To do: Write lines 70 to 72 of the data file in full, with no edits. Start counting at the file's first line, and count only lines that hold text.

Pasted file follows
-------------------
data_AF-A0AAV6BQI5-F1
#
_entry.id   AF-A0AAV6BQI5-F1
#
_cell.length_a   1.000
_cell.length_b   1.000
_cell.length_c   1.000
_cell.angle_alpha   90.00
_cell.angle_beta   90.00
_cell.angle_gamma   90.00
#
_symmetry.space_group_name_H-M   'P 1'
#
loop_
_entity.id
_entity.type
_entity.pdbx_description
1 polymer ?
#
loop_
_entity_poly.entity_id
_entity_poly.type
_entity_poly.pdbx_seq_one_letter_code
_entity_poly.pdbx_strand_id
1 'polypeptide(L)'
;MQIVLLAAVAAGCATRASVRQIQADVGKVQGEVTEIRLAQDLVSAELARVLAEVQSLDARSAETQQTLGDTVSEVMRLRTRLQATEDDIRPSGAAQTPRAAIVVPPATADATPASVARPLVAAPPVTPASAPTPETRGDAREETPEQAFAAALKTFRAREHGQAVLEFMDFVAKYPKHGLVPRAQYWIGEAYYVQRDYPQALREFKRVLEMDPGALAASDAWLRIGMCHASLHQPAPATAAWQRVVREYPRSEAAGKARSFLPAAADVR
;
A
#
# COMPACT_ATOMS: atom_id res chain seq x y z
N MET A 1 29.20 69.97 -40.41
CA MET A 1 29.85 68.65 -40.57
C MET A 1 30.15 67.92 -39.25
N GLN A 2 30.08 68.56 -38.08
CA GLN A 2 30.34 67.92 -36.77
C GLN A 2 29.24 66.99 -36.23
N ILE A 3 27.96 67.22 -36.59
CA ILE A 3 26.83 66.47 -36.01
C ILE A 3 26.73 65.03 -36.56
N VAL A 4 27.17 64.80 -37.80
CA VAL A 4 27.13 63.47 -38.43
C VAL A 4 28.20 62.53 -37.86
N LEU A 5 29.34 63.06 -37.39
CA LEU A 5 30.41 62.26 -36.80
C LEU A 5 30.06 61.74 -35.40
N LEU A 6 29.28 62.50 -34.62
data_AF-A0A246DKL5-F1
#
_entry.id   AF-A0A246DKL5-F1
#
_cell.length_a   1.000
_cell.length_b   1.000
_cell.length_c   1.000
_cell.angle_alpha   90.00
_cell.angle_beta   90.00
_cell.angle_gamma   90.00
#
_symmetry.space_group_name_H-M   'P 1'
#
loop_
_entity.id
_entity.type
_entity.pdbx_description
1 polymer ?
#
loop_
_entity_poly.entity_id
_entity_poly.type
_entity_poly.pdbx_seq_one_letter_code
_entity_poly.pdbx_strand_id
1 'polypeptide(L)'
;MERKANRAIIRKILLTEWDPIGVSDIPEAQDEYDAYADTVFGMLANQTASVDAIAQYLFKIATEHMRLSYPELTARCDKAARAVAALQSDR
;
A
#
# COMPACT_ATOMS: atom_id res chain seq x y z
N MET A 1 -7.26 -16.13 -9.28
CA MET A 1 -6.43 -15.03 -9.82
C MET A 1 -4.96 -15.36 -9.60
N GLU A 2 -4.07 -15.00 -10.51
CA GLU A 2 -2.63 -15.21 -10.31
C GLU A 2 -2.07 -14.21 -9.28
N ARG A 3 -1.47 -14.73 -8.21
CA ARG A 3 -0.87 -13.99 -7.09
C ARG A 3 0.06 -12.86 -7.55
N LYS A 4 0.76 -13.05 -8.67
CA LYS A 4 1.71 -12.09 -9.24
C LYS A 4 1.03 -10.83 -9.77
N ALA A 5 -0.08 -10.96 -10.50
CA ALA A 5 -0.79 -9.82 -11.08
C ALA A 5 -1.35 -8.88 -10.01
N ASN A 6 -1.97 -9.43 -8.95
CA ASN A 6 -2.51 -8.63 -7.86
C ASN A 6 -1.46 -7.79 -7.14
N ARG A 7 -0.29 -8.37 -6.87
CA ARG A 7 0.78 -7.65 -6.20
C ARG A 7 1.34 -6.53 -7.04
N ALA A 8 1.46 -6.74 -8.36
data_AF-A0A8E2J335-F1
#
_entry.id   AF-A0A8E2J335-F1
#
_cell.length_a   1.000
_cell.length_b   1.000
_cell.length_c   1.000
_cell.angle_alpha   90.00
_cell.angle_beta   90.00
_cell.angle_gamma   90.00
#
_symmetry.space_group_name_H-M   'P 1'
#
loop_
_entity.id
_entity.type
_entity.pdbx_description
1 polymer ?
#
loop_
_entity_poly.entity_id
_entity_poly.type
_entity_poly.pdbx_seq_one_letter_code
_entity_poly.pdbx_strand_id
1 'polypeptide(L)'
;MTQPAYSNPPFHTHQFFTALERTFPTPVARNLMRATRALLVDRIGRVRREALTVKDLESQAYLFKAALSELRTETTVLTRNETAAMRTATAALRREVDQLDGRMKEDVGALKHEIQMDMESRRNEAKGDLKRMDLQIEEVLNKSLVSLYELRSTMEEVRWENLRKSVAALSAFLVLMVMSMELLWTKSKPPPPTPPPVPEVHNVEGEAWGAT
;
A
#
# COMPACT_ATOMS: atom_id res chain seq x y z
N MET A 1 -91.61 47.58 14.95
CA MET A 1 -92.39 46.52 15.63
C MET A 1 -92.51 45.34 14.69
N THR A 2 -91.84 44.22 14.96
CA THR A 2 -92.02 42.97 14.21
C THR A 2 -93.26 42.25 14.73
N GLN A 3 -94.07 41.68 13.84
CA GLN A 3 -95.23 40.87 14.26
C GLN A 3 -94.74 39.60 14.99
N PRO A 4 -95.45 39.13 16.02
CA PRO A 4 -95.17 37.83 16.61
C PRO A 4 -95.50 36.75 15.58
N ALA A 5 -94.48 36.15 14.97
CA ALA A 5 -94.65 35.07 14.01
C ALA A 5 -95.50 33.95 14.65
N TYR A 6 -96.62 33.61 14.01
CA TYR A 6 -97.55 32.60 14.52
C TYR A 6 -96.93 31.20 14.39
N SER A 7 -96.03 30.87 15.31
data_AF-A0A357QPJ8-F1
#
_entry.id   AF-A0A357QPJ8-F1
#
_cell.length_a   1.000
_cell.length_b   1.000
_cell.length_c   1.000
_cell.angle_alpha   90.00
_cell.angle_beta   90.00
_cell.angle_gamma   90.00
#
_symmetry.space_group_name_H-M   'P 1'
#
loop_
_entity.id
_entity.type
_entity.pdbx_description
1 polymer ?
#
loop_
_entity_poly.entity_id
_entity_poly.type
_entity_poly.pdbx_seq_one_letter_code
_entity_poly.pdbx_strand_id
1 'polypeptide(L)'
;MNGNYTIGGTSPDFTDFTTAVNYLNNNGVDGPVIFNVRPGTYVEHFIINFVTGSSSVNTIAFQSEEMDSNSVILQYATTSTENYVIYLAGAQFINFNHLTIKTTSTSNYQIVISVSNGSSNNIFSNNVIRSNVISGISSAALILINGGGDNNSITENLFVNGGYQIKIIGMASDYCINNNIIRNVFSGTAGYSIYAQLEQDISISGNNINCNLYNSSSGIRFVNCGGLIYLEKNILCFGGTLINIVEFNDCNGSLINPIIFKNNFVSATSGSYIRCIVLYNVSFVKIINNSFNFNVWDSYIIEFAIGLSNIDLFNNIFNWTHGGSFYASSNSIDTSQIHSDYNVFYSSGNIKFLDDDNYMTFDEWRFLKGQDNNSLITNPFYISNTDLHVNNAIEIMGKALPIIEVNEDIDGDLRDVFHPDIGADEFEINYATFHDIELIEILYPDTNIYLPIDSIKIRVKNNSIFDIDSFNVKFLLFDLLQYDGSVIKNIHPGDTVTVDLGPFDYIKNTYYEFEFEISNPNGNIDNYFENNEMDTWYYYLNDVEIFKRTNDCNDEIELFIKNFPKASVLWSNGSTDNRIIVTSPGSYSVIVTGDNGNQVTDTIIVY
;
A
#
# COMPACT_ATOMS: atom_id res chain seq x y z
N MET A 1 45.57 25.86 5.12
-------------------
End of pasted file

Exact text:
_entity_poly.pdbx_strand_id
1 'polypeptide(L)'
;MERKANRAIIRKILLTEWDPIGVSDIPEAQDEYDAYADTVFGMLANQTASVDAIAQYLFKIATEHMRLSYPELTARCDKAARAVAALQSDR